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Investor State Dispute Settlement: Challenging private governance

Research output: Contribution in Book/Report/Proceedings - With ISBN/ISSNChapter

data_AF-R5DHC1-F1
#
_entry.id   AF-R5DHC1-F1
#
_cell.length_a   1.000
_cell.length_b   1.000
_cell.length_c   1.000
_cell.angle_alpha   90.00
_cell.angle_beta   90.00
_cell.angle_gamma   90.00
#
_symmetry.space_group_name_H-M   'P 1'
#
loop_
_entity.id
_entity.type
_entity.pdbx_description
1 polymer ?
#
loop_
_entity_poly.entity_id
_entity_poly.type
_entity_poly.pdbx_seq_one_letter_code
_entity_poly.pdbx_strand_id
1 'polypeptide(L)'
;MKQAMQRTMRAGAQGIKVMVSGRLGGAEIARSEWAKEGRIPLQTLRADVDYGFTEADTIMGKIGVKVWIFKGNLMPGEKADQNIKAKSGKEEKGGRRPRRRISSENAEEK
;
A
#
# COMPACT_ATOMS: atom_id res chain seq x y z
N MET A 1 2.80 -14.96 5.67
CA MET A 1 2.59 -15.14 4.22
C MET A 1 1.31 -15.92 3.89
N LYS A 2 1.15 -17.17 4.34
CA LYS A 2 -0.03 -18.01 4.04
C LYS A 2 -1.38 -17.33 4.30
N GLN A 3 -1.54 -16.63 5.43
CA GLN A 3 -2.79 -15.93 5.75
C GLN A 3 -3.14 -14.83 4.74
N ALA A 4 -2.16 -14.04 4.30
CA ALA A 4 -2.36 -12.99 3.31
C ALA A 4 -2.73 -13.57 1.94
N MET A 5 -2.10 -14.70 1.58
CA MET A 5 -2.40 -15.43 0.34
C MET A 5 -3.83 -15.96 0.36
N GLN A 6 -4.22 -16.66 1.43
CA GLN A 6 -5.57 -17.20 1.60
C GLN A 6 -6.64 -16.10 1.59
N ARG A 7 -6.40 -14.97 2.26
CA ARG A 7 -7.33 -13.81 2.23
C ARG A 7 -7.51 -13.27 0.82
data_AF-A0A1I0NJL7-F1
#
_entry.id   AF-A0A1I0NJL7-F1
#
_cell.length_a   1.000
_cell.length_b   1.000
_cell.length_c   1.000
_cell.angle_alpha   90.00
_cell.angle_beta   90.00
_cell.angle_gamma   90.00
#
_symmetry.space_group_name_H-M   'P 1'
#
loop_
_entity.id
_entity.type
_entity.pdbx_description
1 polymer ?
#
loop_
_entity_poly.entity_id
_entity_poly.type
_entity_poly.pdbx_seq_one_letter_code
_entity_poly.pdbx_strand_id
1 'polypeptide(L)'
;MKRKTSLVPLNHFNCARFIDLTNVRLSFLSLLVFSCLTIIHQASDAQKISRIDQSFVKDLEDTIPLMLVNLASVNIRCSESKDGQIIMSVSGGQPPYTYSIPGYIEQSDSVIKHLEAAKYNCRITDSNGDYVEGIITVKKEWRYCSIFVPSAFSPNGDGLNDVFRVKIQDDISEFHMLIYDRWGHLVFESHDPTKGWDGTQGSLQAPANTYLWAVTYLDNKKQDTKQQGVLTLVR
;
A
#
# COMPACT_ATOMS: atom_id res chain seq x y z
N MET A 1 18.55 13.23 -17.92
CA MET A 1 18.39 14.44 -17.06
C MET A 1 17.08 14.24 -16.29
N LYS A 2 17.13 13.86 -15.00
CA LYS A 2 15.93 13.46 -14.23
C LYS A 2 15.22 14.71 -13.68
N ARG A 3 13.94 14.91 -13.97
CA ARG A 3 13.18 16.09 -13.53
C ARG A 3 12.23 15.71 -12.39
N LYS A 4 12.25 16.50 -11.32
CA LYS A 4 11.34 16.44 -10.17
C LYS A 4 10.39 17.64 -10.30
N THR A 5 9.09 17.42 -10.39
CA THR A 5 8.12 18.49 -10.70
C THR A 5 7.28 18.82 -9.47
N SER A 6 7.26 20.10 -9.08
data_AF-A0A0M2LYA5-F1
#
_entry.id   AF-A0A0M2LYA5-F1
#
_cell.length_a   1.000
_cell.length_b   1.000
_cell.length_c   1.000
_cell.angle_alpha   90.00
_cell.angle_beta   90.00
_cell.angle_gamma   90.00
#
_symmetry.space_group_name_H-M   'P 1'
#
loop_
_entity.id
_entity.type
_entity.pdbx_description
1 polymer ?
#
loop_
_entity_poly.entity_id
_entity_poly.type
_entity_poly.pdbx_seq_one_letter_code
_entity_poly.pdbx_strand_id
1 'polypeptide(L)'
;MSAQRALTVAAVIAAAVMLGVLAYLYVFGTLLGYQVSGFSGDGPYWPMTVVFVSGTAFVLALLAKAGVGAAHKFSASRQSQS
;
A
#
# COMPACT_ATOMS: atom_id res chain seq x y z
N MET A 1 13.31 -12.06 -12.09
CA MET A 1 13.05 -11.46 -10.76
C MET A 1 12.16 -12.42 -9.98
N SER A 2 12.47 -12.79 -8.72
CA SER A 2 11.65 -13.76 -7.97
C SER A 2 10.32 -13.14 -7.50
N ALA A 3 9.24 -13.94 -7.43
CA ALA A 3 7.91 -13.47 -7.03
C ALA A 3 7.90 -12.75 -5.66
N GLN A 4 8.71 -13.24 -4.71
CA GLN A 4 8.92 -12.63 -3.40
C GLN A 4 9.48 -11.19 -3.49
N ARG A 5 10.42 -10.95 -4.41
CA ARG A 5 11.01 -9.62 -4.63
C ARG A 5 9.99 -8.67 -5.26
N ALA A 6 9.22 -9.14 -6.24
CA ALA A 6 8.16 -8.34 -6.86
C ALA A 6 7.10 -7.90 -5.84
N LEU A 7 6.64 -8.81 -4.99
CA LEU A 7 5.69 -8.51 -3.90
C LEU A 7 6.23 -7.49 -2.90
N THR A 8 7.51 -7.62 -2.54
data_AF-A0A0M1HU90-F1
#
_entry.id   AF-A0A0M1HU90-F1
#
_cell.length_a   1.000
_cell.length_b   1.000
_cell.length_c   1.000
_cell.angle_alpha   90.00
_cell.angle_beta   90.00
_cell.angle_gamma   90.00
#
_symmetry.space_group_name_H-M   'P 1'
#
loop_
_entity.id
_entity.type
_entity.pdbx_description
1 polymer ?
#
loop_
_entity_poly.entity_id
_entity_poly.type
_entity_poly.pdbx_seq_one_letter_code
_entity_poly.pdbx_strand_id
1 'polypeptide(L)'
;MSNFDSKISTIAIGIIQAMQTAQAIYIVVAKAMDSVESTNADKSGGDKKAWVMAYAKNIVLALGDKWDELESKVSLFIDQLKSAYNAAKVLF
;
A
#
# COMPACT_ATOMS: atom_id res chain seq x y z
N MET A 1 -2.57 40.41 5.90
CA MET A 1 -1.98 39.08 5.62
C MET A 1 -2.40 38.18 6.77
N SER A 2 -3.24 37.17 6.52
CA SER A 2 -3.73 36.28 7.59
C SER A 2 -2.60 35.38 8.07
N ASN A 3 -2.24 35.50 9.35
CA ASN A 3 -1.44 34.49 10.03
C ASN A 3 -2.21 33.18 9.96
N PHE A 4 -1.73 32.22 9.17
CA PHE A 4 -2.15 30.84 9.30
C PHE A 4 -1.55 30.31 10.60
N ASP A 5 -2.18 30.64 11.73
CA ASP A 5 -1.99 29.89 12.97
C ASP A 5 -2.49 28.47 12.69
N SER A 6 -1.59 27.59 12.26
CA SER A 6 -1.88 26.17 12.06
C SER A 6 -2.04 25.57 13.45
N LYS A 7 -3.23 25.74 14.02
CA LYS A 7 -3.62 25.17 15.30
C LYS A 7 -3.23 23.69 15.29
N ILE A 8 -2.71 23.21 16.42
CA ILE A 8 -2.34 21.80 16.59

This chapter focuses on the management and resolution of disputes between states and global corporations. This aspect of the management of the global political economy was developed in the private realm, through the operation of dispute settlement clauses in bilateral investment treaties, but has recently become the subject of considerable levels of public policy concern. The struggle over jurisdiction can be seen is an almost Polanyian ‘double movement’ inasmuch as the disembedding of the management of market relations between states and corporations, is now subject to on-going attempts to re-embed such management within more formal international regulatory relations. The chapter, introduces and briefly reviews the history and political economy of investor-state dispute settlement, and discusses ongoing moves in two parts of the United Nations to shift this private regulatory structure into the public realm of international law as a key sign of this burgeoning ‘double movement’. The chapter concludes that the hegemony of the idea of corporate rights to recompense (damages) for political changes in host states may have passed its high-point and be entering a period of reform and negotiation in which states are able to (at least partly) rebalance the international regulation of corporate investment ‘rights’.